rational

[ rash-uh-nl, rash-nl ]
/ ˈræʃ ə nl, ˈræʃ nl /

adjective

noun

Mathematics. rational number.

Origin of rational

1350–1400; Middle English racional < Latin ratiōnālis, equivalent to ratiōn- (stem of ratiō) reason + -ālis -al1
Related forms
Can be confusedrational reasonable (see synonym study at reasonable)
Dictionary.com Unabridged Based on the Random House Unabridged Dictionary, © Random House, Inc. 2019

Examples from the Web for rationally

British Dictionary definitions for rationally

rational

/ (ˈræʃənəl) /

adjective

using reason or logic in thinking out a problem
in accordance with the principles of logic or reason; reasonable
of sound mind; sanethe patient seemed quite rational
endowed with the capacity to reason; capable of logical thoughtman is a rational being
maths expressible as a ratio of two integers or polynomialsa rational number; a rational function

noun

maths a rational number
Derived Formsrationally, adverbrationalness, noun

Word Origin for rational

C14: from Latin ratiōnālis, from ratiō reason
Collins English Dictionary - Complete & Unabridged 2012 Digital Edition © William Collins Sons & Co. Ltd. 1979, 1986 © HarperCollins Publishers 1998, 2000, 2003, 2005, 2006, 2007, 2009, 2012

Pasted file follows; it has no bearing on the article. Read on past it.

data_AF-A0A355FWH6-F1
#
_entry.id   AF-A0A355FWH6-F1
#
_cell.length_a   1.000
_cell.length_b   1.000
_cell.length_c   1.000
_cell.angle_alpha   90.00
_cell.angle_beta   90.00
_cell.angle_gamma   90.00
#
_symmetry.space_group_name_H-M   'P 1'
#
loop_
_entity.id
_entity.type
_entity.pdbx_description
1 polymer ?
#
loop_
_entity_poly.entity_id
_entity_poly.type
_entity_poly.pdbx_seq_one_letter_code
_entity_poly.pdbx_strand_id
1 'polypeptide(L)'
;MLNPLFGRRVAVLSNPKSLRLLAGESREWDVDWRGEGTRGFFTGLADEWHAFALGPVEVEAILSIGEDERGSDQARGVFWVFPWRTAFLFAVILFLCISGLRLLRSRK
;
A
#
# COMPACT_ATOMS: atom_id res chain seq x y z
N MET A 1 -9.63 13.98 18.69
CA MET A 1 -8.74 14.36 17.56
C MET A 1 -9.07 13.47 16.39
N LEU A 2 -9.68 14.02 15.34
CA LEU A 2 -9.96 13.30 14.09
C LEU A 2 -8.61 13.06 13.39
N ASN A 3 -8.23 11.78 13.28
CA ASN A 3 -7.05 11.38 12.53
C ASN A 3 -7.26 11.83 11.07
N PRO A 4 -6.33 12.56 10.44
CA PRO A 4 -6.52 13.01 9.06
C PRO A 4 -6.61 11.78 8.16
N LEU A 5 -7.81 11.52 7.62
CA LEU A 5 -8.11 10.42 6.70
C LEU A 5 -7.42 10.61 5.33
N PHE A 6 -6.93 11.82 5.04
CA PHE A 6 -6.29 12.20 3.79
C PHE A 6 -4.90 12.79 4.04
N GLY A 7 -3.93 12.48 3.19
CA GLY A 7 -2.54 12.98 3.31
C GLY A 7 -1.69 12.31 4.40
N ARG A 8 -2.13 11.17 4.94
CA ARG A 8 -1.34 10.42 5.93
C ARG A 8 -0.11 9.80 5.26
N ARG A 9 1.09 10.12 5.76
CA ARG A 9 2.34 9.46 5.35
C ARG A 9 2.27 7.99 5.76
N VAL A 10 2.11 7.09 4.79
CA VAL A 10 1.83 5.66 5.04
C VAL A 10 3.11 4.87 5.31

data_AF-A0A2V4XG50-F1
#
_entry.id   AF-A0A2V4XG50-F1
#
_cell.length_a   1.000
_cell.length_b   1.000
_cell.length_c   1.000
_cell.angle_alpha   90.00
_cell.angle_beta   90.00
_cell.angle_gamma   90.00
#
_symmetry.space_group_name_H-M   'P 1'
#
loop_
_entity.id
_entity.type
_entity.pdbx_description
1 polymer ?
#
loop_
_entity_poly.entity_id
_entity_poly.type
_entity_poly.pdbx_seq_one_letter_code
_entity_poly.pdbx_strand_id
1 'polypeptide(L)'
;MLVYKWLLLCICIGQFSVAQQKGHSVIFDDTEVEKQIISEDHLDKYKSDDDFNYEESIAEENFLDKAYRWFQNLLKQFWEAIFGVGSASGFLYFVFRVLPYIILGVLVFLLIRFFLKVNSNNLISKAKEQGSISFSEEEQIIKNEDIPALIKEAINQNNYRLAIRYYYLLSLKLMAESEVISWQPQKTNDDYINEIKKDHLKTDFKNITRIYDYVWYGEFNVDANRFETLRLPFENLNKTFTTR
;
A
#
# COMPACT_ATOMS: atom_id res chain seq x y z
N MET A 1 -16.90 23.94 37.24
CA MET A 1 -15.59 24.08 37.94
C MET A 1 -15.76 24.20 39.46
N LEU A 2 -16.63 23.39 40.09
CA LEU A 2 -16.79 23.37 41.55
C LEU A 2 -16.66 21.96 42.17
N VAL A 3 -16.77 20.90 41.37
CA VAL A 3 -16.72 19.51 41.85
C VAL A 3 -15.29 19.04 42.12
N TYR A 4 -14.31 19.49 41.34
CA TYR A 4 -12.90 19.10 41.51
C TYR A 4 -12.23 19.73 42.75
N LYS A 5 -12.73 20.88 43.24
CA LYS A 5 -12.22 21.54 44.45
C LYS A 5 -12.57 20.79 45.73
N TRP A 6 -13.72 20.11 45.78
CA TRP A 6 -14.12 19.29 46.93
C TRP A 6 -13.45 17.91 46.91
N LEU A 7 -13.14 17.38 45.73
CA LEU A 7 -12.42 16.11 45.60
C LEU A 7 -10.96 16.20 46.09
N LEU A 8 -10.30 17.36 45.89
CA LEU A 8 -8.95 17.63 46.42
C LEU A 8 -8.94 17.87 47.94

Word Origin and History for rationally

rational


adj.

late 14c., "pertaining to reason;" mid-15c., "endowed with reason," from Old French racionel and directly from Latin rationalis "of or belonging to reason, reasonable," from ratio (genitive rationis) "reckoning, calculation, reason" (see ratio).

Online Etymology Dictionary, © 2010 Douglas Harper

Medicine definitions for rationally

rational

[ răshə-nəl ]

adj.

Having or exercising the ability to reason.
Influenced by reasoning rather than by emotion.
Of sound mind; sane.
Based on scientific knowledge or theory rather than practical observation.
The American Heritage® Stedman's Medical Dictionary Copyright © 2002, 2001, 1995 by Houghton Mifflin Company. Published by Houghton Mifflin Company.